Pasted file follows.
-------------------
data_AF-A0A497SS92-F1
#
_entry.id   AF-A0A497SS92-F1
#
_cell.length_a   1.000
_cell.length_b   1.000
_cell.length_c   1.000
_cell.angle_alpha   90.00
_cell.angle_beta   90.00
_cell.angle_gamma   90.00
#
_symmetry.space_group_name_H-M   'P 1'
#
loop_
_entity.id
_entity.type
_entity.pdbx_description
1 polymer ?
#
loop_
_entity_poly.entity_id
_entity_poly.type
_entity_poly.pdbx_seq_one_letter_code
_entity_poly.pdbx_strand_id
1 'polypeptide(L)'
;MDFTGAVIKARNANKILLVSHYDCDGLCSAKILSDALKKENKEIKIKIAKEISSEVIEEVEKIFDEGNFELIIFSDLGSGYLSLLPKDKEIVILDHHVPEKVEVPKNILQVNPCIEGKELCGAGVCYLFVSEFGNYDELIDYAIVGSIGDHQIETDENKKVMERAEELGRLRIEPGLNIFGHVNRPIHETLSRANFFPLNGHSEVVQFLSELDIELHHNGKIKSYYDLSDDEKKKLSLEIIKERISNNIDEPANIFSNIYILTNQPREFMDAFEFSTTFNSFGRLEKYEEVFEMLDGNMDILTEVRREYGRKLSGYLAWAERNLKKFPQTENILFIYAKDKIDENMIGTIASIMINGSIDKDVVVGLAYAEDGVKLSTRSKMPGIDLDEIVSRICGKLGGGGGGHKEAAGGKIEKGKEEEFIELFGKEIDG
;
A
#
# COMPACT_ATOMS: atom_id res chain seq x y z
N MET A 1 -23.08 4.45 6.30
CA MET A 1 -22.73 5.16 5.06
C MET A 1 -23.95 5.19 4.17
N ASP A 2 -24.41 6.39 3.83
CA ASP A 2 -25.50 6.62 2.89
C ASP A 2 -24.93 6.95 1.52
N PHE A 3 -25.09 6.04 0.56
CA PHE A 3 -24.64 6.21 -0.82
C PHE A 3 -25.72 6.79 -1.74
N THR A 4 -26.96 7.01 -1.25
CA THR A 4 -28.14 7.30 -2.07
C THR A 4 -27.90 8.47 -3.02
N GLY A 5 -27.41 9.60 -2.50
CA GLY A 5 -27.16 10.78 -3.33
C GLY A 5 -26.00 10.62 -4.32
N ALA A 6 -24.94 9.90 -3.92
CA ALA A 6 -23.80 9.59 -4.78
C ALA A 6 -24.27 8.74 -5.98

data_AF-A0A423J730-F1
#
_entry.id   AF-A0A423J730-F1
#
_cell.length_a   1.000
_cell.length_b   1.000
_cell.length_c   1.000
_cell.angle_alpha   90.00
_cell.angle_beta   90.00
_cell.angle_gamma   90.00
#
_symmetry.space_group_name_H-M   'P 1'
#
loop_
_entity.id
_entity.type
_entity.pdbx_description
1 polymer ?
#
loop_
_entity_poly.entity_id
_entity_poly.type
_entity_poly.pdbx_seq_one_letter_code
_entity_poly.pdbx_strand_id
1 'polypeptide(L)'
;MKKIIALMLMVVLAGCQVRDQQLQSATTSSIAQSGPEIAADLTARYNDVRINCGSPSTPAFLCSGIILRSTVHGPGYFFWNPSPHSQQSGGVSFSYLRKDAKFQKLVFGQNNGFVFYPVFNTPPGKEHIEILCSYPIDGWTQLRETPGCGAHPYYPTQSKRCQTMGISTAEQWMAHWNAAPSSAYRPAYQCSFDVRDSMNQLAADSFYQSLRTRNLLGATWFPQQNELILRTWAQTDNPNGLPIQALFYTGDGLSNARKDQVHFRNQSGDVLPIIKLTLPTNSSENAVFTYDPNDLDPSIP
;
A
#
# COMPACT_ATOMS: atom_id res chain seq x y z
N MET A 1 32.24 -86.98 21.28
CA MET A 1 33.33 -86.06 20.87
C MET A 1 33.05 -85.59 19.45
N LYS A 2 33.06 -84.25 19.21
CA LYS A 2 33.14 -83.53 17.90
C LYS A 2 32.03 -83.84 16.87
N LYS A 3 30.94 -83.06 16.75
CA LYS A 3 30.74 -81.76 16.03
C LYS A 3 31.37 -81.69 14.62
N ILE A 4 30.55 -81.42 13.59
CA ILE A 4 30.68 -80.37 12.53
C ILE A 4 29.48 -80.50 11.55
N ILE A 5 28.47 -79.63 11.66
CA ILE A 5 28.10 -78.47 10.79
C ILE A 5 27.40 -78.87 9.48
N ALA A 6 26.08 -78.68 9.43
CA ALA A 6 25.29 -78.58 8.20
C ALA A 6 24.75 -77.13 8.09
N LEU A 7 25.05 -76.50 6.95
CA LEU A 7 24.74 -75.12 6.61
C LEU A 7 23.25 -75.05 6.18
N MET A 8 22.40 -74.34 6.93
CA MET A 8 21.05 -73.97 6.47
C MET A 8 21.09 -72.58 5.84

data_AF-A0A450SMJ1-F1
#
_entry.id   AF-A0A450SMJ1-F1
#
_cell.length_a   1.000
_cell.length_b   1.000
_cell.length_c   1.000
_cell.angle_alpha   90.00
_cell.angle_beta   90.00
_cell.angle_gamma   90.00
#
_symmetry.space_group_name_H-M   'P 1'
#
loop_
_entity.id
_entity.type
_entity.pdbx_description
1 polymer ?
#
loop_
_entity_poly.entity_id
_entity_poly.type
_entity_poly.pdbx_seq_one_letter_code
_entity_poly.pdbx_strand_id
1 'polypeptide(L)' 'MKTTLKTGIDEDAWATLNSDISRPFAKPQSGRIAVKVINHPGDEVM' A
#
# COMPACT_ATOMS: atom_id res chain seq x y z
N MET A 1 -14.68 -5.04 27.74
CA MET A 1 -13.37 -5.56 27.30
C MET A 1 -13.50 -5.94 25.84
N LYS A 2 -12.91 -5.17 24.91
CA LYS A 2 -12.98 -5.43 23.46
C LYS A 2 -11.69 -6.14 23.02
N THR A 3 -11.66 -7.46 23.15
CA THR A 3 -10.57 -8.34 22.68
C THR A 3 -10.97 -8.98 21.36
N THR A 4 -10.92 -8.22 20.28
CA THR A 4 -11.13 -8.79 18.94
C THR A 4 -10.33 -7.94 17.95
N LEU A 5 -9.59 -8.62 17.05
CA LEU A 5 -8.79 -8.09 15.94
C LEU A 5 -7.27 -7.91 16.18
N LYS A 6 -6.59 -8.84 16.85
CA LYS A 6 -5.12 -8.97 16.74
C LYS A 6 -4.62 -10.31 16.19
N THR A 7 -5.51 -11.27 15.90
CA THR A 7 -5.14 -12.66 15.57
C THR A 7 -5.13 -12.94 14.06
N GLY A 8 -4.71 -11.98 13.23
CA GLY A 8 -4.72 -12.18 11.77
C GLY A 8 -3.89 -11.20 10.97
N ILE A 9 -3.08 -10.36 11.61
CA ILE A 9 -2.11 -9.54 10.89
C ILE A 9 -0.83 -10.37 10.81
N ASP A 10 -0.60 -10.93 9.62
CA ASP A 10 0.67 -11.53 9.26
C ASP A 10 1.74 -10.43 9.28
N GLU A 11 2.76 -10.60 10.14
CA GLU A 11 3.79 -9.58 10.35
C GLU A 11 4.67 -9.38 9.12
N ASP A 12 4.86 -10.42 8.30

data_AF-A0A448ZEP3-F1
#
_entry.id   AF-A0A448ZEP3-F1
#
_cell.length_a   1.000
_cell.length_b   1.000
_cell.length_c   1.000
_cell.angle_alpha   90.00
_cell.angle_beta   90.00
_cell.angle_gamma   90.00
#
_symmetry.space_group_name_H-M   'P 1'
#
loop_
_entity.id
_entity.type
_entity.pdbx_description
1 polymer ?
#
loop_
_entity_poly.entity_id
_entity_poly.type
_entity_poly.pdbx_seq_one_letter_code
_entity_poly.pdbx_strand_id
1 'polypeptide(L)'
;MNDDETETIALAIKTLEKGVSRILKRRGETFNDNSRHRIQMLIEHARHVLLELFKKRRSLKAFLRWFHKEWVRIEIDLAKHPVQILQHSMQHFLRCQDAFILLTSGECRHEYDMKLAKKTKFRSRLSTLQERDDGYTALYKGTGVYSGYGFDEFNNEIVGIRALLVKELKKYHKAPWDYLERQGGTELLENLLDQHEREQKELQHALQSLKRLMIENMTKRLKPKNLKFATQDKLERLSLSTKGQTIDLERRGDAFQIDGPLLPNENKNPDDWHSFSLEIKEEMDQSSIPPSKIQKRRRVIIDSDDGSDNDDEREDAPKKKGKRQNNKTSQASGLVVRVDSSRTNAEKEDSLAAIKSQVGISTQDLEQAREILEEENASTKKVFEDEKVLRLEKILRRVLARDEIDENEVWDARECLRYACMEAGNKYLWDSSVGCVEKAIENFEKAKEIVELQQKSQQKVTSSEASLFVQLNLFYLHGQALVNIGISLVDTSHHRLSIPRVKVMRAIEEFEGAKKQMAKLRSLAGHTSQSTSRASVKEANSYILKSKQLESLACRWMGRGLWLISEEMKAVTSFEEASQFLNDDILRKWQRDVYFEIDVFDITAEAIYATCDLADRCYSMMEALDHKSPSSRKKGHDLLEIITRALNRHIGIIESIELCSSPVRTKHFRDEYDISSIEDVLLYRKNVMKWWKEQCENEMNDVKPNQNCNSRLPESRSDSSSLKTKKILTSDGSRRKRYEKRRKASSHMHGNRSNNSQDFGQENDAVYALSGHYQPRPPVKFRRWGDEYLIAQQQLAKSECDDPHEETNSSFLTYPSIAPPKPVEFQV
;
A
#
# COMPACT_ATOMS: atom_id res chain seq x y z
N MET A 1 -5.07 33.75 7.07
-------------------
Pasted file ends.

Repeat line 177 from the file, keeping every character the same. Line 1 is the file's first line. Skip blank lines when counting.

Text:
loop_